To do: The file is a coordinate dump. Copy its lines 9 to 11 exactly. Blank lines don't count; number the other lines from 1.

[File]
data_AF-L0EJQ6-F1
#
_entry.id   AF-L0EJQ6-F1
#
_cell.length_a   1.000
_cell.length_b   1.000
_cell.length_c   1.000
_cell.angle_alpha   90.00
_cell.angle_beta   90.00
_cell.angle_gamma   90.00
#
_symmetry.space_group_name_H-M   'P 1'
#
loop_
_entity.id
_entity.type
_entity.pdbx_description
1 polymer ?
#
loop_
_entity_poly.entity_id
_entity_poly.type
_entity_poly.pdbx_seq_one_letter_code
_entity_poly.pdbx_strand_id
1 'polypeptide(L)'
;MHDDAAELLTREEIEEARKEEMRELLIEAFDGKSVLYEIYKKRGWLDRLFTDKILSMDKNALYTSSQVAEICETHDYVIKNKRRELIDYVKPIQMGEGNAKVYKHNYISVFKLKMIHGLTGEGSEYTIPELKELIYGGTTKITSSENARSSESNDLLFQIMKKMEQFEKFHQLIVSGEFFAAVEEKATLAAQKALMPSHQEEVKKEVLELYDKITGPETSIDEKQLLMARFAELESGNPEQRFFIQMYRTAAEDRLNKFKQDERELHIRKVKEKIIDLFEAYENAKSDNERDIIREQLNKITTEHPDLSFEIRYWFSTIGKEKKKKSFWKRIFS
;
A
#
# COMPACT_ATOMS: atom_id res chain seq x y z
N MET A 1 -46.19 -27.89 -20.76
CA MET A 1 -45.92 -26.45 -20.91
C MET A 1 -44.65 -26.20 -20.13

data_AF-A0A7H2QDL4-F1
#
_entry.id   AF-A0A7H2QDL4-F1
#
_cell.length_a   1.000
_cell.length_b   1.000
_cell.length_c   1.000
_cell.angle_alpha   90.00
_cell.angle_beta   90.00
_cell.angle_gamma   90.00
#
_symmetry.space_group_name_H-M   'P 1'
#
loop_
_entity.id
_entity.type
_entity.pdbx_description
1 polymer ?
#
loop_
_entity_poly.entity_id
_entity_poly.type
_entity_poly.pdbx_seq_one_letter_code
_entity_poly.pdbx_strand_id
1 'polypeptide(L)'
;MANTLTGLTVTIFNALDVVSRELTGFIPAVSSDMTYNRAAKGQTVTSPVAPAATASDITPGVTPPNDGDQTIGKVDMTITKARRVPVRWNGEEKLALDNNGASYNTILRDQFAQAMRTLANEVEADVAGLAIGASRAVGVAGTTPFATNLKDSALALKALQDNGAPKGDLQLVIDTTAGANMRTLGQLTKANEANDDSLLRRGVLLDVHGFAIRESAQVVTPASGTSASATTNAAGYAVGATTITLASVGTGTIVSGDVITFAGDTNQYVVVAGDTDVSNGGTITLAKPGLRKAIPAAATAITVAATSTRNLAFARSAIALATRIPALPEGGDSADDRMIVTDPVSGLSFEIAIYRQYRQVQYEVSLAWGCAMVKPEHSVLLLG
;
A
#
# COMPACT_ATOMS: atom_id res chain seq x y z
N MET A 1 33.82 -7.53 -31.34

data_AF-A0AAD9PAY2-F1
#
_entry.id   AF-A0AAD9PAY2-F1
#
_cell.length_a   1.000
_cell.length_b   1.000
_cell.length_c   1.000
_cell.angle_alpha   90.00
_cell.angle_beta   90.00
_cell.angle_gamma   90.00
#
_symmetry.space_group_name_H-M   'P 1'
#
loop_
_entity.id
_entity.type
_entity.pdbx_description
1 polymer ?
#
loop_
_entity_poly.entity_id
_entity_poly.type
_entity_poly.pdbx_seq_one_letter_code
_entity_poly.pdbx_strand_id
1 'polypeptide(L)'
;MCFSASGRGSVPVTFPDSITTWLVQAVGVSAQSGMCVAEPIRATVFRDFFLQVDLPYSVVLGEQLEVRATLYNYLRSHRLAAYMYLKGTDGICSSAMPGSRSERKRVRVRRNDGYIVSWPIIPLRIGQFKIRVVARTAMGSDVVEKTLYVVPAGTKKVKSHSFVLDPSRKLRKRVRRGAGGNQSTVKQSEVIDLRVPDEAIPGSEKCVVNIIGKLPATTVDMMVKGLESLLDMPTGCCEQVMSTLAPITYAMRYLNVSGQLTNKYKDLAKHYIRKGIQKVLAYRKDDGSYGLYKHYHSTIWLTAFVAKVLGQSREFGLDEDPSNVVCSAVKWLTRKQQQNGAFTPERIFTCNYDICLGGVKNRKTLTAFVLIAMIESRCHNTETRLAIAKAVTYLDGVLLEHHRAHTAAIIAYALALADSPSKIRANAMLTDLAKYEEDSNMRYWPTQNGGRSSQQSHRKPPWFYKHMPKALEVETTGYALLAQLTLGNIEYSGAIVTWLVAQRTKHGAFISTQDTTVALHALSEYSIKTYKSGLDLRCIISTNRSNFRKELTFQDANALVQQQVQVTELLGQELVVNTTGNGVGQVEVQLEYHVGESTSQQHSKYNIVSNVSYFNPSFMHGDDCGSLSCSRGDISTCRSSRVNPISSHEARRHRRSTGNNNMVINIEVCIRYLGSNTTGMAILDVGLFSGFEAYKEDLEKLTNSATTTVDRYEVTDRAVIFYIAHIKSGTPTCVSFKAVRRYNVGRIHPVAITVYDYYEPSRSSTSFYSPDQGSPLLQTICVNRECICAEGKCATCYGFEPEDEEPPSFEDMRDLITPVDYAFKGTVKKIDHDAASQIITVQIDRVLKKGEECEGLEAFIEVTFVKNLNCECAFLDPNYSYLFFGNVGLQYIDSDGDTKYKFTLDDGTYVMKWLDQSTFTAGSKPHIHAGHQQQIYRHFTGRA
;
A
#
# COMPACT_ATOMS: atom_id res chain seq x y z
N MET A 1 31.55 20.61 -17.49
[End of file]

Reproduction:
_cell.angle_beta   90.00
_cell.angle_gamma   90.00
#